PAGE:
From fur and fish to oil and minerals, Canadian development has often been understood through its relationship to export staples. This understanding, argues Paul Kellogg, has led many political economists to assume that Canadian economic development has followed a path similar to those of staple-exporting economies in the Global South, ignoring a more fundamental fact: as an advanced capitalist economy, Canada sits in the core of the world system, not on the periphery or semi-periphery. In Escape from the Staple Trap, Kellogg challenges statistical and historical analyses that present Canada as weak and disempowered, lacking sovereignty and economic independence. A powerful critique of the dominant trend in Canadian political economy since the 1970s, Escape from the Staple Trap offers an important new framework for understanding the distinctive features of Canadian political economy.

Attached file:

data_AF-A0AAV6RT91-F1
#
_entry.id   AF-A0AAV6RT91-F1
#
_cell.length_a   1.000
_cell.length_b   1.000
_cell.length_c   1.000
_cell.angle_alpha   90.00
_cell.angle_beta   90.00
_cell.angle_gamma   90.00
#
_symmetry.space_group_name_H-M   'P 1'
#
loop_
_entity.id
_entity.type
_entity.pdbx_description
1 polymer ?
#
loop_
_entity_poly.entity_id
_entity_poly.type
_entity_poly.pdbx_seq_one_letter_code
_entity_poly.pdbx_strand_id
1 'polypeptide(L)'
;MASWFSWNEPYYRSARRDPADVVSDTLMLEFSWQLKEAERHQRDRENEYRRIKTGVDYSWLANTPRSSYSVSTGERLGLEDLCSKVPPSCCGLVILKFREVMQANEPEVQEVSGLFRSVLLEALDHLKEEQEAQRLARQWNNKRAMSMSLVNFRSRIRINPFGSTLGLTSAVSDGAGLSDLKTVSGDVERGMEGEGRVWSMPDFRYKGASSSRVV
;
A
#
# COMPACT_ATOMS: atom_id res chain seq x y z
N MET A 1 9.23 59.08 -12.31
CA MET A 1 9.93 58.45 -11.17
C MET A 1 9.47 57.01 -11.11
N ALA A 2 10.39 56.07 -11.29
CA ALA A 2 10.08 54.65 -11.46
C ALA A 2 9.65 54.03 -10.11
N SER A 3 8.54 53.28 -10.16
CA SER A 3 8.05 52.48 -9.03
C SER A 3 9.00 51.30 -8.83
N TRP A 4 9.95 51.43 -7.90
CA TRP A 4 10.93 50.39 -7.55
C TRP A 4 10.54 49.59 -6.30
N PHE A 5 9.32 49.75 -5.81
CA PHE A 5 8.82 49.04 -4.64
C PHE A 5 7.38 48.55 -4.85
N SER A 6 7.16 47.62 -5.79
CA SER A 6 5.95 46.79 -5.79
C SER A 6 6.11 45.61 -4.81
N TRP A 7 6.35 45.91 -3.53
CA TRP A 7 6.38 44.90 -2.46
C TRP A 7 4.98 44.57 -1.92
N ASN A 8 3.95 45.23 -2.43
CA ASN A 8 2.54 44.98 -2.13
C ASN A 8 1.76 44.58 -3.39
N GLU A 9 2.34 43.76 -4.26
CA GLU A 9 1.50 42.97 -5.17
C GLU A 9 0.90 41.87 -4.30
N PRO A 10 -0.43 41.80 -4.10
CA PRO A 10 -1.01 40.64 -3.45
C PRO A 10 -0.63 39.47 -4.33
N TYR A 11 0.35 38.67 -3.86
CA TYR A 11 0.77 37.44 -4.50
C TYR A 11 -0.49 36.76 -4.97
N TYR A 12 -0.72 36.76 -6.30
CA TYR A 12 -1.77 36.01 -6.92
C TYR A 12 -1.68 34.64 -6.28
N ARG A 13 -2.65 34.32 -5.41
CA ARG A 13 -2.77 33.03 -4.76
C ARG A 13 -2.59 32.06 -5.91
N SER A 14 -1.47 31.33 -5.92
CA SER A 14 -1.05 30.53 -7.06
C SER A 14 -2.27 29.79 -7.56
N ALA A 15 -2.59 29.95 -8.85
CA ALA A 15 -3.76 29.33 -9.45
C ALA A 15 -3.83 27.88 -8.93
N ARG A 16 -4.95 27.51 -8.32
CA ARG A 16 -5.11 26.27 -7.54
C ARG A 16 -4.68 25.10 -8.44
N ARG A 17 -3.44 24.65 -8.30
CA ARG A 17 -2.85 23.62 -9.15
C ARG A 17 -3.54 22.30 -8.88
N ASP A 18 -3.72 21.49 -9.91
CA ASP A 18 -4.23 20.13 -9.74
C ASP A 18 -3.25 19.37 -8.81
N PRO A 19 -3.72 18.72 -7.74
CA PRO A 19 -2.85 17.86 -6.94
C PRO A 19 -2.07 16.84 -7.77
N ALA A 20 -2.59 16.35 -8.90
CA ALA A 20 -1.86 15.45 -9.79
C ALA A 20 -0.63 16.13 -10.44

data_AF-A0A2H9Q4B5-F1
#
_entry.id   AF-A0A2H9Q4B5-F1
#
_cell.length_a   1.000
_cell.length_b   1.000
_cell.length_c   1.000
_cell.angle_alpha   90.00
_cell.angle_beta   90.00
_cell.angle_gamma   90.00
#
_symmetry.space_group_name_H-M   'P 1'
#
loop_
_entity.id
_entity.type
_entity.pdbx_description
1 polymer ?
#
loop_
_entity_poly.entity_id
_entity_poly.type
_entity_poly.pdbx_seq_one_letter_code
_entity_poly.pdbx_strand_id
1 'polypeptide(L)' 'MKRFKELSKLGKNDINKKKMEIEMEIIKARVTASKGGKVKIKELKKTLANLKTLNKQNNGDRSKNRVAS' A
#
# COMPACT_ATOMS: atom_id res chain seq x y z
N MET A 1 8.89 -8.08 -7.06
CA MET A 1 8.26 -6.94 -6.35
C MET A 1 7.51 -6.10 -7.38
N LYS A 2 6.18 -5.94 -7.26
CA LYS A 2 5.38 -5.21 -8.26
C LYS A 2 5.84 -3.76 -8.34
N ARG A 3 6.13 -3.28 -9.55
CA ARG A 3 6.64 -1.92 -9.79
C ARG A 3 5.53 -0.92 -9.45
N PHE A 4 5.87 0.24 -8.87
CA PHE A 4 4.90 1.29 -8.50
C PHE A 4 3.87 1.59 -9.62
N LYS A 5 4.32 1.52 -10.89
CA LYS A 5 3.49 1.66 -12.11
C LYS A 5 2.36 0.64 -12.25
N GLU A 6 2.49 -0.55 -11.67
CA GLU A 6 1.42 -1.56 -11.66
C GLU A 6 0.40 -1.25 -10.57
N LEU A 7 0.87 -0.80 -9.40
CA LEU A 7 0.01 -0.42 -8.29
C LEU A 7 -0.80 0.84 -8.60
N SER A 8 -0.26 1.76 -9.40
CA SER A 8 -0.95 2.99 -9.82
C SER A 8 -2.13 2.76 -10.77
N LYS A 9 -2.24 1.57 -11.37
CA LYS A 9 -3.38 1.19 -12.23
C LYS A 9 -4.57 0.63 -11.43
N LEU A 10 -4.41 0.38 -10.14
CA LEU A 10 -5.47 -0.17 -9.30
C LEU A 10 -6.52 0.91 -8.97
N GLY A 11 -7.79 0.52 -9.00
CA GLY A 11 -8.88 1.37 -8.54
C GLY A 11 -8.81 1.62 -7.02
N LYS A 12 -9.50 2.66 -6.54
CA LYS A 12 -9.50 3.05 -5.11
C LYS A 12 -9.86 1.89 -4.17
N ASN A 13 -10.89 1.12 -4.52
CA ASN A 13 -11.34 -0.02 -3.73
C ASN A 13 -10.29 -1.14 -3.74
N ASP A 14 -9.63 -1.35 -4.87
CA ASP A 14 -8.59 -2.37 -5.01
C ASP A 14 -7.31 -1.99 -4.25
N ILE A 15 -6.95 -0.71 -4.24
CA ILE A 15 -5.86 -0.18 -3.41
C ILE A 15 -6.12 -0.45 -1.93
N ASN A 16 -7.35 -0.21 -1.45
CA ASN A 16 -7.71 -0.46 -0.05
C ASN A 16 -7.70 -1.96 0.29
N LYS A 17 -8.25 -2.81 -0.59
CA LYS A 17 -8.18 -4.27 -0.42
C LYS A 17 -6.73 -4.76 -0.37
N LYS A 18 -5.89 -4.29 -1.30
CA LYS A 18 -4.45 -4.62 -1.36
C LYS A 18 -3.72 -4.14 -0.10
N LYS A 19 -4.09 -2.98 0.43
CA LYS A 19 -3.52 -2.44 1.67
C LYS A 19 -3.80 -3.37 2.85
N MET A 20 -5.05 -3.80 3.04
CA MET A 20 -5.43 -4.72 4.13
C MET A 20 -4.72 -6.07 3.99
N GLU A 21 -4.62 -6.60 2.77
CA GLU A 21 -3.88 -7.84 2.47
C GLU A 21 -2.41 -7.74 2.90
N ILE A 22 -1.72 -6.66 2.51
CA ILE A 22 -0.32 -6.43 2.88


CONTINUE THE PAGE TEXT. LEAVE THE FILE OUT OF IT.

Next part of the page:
Paul Kellogg is an associate professor in the Centre for Interdisciplinary Studies at Athabasca University.
Chapter 1 - Introducing the Argument Chapter 2 - One of These Things is not Like the Other Chapter 3 - From Levitt to Watkins to You Chapter 4 - Something Rings Hollow Chapter 5 - Of Nails and Needles Chapter 6 - Canada as a Principal Economy Chapter 7 - A Very Canadian Bourgeoisie Chapter 8 - Escape from the Staple Trap Conclusion